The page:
BRUSSELS, BELGIUM —
The mood in Brussels is one of nervousness with just hours to go before the result of the British referendum on EU membership is known.
If Britons vote to remain in the bloc, the EU would have overcome one of its major crises. If Britain votes to leave, the machinery of the European Union institutions enters crisis mode – but no one really knows what the withdrawal process will look like.
French Member of the European Parliament Sylvie Goulard said the EU is finally waking up to the political storm that could be headed its way. “Now, there is some nervousness. After a long sleep,” she told VOA.
A vote for a British exit from the EU – or so-called Brexit – would shake the union to its core.
“It will be a huge change, we should not underestimate,” said Goulard. “It could have severe consequences; but of course part of the answer at this stage is impossible to give because it will depend also on the way the institutions and the governments react. I would just underline that from 1950 to 1975, we survived without the UK, so we will try to survive again.”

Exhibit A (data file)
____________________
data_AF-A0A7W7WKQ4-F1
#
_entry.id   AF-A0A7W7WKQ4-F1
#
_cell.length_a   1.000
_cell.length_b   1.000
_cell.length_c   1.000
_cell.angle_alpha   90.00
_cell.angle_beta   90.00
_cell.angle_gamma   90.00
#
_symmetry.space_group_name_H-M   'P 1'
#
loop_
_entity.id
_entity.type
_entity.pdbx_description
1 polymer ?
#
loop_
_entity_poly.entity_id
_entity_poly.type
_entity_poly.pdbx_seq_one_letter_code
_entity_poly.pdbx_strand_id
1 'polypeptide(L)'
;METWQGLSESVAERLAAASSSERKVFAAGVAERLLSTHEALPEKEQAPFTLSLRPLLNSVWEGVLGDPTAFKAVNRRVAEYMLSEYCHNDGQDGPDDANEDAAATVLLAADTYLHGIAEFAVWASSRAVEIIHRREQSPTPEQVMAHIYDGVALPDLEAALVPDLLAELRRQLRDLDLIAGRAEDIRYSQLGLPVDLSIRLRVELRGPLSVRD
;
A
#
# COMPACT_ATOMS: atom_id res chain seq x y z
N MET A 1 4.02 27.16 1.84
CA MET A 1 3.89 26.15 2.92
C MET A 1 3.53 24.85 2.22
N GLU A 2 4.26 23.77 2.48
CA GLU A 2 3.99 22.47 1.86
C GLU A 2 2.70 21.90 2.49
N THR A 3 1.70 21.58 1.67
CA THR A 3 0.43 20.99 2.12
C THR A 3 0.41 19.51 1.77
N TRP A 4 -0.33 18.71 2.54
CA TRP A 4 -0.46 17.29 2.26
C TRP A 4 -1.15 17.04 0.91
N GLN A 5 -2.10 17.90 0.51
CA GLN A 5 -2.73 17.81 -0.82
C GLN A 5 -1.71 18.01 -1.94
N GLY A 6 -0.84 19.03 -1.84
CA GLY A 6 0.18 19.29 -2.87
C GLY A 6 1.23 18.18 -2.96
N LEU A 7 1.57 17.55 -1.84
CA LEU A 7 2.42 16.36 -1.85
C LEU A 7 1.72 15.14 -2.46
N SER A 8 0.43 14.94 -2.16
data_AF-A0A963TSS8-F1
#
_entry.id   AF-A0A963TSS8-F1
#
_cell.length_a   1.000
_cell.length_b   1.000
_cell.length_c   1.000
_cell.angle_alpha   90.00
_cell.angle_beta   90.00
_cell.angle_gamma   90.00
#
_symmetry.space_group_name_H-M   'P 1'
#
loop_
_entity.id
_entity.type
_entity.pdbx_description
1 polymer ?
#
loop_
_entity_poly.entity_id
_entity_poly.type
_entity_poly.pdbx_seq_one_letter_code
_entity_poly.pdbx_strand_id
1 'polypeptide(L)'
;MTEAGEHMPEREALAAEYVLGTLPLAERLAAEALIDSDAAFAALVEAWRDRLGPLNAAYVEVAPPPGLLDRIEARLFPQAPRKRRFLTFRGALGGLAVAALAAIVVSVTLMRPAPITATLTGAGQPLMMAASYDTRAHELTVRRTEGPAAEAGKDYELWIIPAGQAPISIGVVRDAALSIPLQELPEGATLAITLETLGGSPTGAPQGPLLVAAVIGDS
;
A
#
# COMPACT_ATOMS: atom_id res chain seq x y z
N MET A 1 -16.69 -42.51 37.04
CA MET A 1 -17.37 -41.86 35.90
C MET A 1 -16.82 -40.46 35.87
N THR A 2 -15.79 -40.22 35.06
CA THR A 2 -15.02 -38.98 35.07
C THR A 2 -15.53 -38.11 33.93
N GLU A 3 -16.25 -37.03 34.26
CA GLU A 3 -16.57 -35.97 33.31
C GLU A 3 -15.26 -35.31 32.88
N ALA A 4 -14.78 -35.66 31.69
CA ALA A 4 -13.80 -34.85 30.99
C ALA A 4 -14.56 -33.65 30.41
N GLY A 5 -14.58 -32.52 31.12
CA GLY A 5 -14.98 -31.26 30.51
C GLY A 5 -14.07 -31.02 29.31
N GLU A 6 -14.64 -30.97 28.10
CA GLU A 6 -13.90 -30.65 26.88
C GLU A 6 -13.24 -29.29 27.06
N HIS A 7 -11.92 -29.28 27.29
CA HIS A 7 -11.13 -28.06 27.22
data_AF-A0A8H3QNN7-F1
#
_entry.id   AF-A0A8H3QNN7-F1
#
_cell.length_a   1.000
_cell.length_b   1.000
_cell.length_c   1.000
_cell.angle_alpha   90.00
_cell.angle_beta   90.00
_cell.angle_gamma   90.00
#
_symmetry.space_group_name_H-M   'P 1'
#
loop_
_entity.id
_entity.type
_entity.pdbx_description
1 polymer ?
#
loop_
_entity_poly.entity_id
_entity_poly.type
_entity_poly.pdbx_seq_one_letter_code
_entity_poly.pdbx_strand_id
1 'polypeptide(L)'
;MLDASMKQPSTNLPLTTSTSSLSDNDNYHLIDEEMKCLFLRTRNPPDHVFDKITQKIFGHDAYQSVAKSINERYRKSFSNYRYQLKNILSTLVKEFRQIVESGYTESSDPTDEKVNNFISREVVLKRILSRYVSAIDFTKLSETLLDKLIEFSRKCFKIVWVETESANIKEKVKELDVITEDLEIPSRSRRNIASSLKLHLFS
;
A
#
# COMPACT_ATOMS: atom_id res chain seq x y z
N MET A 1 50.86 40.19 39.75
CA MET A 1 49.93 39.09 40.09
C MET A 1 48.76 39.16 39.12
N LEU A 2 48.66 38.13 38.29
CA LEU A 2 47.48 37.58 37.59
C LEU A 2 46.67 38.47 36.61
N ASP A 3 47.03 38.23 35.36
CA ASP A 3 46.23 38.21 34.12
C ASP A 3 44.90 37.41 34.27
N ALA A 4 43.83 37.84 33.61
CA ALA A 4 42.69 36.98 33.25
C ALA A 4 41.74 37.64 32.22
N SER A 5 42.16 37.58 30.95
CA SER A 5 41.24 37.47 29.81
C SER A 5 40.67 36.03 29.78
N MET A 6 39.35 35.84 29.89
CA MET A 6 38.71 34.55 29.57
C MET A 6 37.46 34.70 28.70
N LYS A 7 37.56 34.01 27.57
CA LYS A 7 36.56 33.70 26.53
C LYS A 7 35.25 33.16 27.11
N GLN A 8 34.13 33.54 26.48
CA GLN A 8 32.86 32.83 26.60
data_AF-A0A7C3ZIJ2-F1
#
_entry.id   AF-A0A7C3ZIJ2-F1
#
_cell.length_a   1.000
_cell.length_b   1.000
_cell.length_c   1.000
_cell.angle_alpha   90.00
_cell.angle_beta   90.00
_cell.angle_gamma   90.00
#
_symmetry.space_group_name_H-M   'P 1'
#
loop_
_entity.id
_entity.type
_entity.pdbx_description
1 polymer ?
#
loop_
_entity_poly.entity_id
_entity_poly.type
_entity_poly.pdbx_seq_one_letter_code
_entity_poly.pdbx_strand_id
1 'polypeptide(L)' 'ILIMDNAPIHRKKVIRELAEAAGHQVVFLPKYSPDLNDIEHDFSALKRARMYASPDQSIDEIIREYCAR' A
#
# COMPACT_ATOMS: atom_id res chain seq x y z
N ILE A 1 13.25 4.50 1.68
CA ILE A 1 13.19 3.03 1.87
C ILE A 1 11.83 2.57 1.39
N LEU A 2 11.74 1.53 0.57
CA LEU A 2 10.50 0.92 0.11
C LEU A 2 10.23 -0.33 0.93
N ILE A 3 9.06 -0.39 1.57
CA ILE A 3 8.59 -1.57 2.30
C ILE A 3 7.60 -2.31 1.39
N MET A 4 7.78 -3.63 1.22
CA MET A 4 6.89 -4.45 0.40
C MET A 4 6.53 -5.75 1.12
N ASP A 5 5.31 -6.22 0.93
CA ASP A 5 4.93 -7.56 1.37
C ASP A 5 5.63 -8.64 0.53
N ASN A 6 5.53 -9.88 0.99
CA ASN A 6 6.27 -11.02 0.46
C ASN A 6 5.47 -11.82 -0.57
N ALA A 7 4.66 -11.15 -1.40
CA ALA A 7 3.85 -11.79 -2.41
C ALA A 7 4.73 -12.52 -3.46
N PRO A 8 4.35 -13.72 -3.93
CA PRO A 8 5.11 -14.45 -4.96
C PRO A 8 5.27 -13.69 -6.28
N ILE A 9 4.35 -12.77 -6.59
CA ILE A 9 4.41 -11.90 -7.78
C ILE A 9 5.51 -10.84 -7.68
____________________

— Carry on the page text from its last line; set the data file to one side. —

On the surface it is business as usual at the European Parliament Thursday – with debates scheduled on renewable energy and the Panama Papers, among others. In reality, all eyes are on what’s happening in Britain. Emergency sessions are planned for Friday morning among the heads of the various EU institutions, when Brussels will have its first response to the outcome of the referendum
A vote 'Leave' poster is seen in a window in Chelsea, London, June 23, 2016.
'28 on a plate'
Outside parliament on the eve of the vote, an event was staged to celebrate the different cuisine of the EU’s 28 members – '28 on a plate.’
The British stall offered shortbread biscuits and a cup of tea. Danielle Seeley of the firm ‘Wonderfoods’ imports these foods into Belgium, and fears a Brexit would mean barriers and trade tariffs.
“Which means our prices go up, which means we can’t sell at the same prices as we are now, otherwise we’re at a loss and that’s not the point of a business. And I think a lot of other businesses will suffer the same things.”
Others take a more philosophical view. Aldo Morelli, a 62-year-old Italian civil servant, was enjoying the wines on display from his home country.
“I don’t think it is a drama. One must accept the response of democracy. We should reflect for a some minutes, but after, we should turn the page,” he said.
A British exit would take considerably longer than that with analysts estimating anywhere from two 2 to 10 years. The EU would lose one of its biggest powers – and the future of the regional grouping itself would be in doubt.